Principles: Life and Work Summary - Slides

No matter our life situation, we all face problems which require a decision to be made. These decisions may be made in a split second or take weeks...

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Summary written by Alexander Brock (become a content creator)
Created 15 days ago.

No matter our life situation, we all face problems which require a decision to be made. These decisions may be made in a split second or take weeks worth of deliberating, may be trivial and minor, or even life and death. Having guiding principles for making decisions eliminates much of the unnecessary stress and confusion caused by these choices. Many of these decisions are very common, and we do not realize the number of times they reappear throughout life. By having a set of principles used to make decisions, the decision-making process is simplified and, in a way, computerized. 

Part I
In Principles, Ray Dalio begins in Part I by reflecting on his early days in life and how he got started on his path to success. Dalio guides readers through his career in the financial industry, beginning with making trades as a young man and eventually creating Bridgewater Associates, the world’s largest hedge fund in assets under management. Throughout his time at Bridgewater, Dalio realized that decisions can be better made when there are a number of set principles to follow on varying subjects. Principles is not only Dalio’s reflection on his life and what led to his successes (and failures), but also spells out the principles he uses both in his personal and professional life.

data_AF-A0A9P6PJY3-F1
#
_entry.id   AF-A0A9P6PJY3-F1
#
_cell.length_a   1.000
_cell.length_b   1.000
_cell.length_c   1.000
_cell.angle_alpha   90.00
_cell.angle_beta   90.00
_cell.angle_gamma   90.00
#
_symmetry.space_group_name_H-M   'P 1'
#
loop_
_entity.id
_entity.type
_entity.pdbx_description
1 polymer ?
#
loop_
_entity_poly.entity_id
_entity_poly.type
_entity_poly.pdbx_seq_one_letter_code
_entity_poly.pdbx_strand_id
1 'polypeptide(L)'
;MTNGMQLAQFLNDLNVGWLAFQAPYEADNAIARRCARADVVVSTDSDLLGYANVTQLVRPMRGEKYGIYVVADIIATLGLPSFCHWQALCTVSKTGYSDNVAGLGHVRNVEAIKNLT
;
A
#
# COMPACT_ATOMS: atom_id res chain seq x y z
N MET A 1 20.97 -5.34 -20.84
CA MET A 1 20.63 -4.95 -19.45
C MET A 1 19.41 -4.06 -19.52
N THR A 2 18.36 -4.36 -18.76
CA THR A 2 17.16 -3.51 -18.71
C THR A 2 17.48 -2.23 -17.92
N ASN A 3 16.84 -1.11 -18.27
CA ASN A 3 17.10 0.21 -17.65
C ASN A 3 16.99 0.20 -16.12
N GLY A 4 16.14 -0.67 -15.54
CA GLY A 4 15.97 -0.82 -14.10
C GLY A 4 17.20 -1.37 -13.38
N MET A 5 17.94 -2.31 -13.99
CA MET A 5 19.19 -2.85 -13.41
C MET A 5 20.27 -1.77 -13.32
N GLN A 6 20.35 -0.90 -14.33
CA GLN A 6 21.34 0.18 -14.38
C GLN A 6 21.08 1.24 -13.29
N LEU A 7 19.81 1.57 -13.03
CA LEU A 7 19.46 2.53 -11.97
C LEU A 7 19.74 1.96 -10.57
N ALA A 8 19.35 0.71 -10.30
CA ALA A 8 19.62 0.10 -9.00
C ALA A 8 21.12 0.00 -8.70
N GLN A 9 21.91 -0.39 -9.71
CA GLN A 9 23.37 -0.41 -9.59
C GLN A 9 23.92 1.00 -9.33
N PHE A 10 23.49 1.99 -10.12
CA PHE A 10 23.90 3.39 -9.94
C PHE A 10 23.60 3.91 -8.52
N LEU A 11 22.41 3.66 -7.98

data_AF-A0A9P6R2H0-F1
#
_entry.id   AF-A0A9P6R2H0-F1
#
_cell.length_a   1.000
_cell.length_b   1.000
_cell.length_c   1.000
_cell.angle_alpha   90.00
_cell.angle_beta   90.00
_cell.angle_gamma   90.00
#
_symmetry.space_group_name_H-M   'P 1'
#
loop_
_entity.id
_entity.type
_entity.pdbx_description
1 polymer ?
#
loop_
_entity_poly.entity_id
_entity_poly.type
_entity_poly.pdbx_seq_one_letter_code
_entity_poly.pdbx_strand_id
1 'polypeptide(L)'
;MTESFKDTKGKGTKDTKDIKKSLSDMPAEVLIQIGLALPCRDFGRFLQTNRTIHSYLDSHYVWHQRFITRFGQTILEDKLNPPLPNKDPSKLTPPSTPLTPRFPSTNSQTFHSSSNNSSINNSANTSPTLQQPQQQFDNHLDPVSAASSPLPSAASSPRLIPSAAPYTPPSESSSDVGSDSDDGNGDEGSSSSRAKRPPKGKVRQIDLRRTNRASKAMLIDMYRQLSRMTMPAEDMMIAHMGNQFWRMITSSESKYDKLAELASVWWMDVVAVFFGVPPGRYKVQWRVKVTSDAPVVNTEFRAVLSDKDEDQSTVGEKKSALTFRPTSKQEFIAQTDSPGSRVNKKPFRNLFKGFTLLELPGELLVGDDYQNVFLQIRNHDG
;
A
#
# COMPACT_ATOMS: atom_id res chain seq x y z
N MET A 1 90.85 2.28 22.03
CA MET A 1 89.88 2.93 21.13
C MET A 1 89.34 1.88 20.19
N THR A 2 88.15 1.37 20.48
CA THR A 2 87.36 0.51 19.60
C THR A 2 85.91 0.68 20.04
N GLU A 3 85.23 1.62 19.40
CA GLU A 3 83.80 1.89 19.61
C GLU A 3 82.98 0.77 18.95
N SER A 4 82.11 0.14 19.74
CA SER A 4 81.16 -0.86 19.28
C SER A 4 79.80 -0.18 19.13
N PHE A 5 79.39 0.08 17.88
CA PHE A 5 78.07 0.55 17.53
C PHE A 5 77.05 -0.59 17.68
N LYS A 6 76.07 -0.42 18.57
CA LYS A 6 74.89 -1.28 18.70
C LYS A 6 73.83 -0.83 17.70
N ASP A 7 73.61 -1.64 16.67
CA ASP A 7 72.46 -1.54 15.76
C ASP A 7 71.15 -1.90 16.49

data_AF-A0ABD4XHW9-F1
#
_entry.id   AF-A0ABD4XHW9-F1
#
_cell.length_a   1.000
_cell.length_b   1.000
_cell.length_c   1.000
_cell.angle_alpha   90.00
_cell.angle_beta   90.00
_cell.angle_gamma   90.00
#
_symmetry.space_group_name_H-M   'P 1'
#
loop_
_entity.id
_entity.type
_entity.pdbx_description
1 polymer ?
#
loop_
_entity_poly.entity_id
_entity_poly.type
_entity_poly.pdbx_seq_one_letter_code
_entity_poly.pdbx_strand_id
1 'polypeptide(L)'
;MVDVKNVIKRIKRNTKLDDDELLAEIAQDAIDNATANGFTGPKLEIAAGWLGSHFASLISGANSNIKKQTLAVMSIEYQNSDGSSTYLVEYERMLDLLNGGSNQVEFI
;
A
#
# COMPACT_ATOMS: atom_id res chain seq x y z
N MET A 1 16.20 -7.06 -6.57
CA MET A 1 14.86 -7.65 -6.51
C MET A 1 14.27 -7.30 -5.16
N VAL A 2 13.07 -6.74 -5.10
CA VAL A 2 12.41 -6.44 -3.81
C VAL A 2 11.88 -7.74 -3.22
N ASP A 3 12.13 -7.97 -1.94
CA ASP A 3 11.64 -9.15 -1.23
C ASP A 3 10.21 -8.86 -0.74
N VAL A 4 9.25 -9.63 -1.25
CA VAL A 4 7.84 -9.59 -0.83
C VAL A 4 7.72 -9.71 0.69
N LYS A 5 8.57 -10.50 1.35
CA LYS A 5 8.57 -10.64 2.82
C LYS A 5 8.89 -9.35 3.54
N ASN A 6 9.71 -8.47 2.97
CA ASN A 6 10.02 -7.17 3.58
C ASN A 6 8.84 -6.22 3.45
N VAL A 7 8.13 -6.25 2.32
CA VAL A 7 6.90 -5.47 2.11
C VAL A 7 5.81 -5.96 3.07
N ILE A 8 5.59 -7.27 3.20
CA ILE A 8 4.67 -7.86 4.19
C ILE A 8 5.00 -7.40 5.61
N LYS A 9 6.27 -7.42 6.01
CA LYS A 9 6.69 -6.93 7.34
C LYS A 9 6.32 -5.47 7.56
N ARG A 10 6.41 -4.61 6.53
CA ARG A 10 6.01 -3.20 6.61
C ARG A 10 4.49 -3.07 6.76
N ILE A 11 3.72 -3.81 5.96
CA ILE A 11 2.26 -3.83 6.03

Part II
Part II: Life Principles in Principles concerns principles that can guide everyone through their lives. These principles allow us to look at life not as an uncrackable code, but rather as a somewhat predictable series of events which we repeatedly face and have previously navigated towards a decision. One of Dalio’s primary points throughout Part II, and the book as a whole, concerns a person’s duty to be open-minded. If we are closed off to others and their opinions, we not only will be alone in the world, but we will also miss learning valuable information which others could teach us. 

In addition to our need to be open-minded, Dalio stresses our need to accept things for what they are, but also lays out for readers his own series of five steps to achieve our goals we set for ourselves. Another piece in Part II addresses people as a whole. People, according to Dalio, are all different from each other, but this is someth

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